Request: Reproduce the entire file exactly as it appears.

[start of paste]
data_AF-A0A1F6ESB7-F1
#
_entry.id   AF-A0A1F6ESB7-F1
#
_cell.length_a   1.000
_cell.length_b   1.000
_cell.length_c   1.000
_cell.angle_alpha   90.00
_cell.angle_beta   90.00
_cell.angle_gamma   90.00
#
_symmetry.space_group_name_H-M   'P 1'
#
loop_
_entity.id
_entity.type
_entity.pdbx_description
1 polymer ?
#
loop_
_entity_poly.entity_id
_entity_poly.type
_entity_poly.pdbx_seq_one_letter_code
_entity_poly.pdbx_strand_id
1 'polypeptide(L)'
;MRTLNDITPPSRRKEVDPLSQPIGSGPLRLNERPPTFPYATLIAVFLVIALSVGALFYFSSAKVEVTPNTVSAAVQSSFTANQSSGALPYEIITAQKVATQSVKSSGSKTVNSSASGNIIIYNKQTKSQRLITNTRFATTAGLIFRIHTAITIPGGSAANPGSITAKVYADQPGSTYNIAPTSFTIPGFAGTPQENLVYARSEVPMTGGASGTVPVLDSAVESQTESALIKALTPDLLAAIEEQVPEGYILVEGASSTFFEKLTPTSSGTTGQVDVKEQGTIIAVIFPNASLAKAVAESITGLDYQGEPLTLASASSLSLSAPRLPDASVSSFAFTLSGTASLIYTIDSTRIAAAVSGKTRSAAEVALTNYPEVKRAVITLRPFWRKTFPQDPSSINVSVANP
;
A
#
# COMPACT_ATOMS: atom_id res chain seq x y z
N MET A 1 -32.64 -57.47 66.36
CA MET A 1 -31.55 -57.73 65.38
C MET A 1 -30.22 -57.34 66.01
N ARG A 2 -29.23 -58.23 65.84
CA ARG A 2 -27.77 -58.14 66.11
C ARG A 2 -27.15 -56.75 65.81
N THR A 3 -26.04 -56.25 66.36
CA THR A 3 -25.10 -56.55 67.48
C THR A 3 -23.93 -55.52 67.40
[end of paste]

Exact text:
data_AF-A0A1F6ESB7-F1
#
_entry.id   AF-A0A1F6ESB7-F1
#
_cell.length_a   1.000
_cell.length_b   1.000
_cell.length_c   1.000
_cell.angle_alpha   90.00
_cell.angle_beta   90.00
_cell.angle_gamma   90.00
#
_symmetry.space_group_name_H-M   'P 1'
#
loop_
_entity.id
_entity.type
_entity.pdbx_description
1 polymer ?
#
loop_
_entity_poly.entity_id
_entity_poly.type
_entity_poly.pdbx_seq_one_letter_code
_entity_poly.pdbx_strand_id
1 'polypeptide(L)'
;MRTLNDITPPSRRKEVDPLSQPIGSGPLRLNERPPTFPYATLIAVFLVIALSVGALFYFSSAKVEVTPNTVSAAVQSSFTANQSSGALPYEIITAQKVATQSVKSSGSKTVNSSASGNIIIYNKQTKSQRLITNTRFATTAGLIFRIHTAITIPGGSAANPGSITAKVYADQPGSTYNIAPTSFTIPGFAGTPQENLVYARSEVPMTGGASGTVPVLDSAVESQTESALIKALTPDLLAAIEEQVPEGYILVEGASSTFFEKLTPTSSGTTGQVDVKEQGTIIAVIFPNASLAKAVAESITGLDYQGEPLTLASASSLSLSAPRLPDASVSSFAFTLSGTASLIYTIDSTRIAAAVSGKTRSAAEVALTNYPEVKRAVITLRPFWRKTFPQDPSSINVSVANP
;
A
#
# COMPACT_ATOMS: atom_id res chain seq x y z
N MET A 1 -32.64 -57.47 66.36
CA MET A 1 -31.55 -57.73 65.38
C MET A 1 -30.22 -57.34 66.01
N ARG A 2 -29.23 -58.23 65.84
CA ARG A 2 -27.77 -58.14 66.11
C ARG A 2 -27.15 -56.75 65.81
N THR A 3 -26.04 -56.25 66.36
CA THR A 3 -25.10 -56.55 67.48
C THR A 3 -23.93 -55.52 67.40